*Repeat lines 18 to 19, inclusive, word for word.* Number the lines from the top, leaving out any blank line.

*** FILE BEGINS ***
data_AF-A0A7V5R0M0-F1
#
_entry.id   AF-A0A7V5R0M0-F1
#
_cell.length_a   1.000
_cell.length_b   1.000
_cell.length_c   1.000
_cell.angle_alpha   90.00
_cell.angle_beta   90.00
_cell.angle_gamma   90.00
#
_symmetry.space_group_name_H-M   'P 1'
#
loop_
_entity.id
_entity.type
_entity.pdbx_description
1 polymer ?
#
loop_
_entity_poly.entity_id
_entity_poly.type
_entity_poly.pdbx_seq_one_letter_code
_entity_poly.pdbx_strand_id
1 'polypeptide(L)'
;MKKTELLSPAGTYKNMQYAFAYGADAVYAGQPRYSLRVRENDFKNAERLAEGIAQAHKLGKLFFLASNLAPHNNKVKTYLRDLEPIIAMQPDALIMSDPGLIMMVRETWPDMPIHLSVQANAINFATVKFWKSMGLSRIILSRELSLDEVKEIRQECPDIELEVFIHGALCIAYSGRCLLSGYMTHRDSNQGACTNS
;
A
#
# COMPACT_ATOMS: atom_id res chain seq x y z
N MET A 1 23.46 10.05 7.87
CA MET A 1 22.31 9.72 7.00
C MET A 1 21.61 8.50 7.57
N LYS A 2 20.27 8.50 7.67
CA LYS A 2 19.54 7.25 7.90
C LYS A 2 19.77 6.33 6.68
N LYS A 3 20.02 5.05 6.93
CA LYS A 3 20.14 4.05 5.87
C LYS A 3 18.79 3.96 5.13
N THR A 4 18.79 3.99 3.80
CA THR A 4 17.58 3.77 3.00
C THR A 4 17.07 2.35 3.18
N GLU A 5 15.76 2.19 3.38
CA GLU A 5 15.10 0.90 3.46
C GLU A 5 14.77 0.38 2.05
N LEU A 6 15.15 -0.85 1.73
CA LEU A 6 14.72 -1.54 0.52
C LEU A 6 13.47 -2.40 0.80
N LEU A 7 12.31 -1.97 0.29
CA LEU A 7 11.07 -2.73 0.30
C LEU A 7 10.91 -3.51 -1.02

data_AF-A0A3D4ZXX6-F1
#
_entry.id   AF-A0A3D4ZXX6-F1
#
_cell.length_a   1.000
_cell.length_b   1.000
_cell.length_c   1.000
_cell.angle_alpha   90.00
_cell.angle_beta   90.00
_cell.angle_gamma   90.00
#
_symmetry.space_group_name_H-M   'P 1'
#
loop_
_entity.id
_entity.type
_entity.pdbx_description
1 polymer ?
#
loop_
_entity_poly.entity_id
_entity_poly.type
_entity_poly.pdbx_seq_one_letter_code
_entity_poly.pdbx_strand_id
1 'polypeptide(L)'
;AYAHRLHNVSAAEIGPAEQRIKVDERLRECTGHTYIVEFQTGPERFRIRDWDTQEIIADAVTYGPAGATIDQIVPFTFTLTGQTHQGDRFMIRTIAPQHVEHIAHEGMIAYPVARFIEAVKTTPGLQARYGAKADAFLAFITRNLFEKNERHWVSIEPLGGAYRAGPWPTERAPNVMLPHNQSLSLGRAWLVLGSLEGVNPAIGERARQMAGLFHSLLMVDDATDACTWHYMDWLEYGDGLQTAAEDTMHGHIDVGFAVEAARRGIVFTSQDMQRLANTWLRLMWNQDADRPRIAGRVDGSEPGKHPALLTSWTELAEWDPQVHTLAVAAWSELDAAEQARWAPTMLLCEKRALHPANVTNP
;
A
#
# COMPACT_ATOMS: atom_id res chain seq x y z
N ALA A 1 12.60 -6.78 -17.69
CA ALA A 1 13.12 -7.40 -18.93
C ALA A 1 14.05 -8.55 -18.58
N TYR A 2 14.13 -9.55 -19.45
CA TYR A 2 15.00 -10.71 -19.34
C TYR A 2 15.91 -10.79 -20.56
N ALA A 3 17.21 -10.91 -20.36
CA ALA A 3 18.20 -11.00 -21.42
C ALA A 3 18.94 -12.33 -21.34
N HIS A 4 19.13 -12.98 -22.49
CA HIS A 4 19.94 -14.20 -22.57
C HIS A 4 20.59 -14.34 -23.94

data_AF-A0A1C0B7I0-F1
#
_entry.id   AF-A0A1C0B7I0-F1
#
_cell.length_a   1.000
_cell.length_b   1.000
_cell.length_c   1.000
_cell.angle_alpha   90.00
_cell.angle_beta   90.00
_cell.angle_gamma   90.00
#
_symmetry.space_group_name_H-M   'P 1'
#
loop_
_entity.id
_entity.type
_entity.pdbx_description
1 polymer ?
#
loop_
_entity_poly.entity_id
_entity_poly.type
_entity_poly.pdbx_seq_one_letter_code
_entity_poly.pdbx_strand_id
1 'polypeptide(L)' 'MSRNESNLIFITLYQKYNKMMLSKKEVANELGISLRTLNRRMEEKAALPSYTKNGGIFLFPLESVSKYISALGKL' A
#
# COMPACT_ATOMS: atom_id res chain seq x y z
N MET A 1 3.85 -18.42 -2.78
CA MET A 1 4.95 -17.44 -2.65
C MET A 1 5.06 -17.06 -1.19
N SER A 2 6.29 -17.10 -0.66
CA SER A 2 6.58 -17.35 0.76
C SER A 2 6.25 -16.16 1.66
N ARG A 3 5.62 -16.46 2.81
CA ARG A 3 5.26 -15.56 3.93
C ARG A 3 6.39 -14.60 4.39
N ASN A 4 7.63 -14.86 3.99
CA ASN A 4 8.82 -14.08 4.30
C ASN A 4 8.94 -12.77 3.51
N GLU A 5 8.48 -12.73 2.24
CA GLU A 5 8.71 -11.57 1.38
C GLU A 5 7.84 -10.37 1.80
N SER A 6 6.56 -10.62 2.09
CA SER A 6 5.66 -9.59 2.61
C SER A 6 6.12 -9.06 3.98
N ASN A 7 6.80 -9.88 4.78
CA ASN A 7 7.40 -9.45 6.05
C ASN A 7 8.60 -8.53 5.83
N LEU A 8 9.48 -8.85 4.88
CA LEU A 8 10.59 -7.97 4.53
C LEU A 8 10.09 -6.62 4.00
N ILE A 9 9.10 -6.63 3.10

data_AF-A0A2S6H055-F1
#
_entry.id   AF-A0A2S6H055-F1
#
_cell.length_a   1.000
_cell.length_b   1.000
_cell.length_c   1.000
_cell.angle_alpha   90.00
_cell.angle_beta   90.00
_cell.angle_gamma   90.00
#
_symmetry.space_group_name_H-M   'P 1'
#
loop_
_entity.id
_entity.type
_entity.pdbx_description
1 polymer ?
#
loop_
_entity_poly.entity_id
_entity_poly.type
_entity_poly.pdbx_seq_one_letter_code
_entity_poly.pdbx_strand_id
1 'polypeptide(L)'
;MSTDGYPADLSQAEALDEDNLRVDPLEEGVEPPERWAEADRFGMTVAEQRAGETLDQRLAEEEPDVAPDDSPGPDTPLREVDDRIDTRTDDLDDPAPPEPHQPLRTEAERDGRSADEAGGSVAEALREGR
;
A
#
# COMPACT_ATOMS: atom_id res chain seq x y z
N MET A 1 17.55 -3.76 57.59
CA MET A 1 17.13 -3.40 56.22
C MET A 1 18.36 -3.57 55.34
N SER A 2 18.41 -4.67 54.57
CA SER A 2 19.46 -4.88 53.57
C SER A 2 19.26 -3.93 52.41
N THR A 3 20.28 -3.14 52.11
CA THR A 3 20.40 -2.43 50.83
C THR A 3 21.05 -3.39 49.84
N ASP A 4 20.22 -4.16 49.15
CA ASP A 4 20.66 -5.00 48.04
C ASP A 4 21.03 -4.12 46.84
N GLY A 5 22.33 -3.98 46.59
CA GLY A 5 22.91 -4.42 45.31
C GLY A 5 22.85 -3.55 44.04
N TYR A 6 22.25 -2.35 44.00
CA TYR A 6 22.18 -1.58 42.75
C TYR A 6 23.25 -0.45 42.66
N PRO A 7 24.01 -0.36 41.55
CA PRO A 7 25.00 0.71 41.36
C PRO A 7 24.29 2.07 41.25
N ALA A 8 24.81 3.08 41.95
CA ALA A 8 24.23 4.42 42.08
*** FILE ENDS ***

1 polymer ?
#